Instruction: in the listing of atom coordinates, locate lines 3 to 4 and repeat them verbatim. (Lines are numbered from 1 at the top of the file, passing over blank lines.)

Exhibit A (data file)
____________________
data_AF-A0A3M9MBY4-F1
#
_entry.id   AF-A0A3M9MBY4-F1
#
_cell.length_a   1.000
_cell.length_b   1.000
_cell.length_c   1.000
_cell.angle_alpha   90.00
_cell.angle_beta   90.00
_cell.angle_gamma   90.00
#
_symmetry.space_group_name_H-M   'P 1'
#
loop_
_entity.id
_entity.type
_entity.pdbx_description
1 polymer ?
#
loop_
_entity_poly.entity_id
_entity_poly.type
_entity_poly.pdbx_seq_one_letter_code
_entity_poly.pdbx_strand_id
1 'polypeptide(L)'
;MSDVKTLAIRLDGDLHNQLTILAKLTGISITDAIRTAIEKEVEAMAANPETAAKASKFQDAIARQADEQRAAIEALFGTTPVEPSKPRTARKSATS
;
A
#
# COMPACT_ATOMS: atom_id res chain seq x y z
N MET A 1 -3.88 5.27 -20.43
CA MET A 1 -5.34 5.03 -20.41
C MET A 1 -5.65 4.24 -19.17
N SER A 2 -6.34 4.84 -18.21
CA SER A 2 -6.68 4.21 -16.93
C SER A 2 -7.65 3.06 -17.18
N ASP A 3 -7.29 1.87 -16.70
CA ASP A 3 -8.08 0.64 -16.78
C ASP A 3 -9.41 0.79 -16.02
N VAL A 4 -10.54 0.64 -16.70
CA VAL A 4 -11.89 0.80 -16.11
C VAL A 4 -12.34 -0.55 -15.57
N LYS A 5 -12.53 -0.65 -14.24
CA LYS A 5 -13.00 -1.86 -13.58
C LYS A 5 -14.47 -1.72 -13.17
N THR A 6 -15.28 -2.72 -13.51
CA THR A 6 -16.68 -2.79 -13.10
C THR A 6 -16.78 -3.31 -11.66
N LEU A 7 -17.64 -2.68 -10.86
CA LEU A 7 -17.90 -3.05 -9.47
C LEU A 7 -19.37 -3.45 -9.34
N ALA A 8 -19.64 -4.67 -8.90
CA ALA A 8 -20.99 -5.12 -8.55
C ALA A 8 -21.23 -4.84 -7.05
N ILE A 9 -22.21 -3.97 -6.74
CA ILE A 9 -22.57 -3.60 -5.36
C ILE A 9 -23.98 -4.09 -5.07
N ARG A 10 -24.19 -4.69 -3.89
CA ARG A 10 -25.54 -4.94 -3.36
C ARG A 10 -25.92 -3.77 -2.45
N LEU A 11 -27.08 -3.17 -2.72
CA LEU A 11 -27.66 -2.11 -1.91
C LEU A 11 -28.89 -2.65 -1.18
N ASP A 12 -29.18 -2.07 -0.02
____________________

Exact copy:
_entry.id   AF-A0A3M9MBY4-F1
#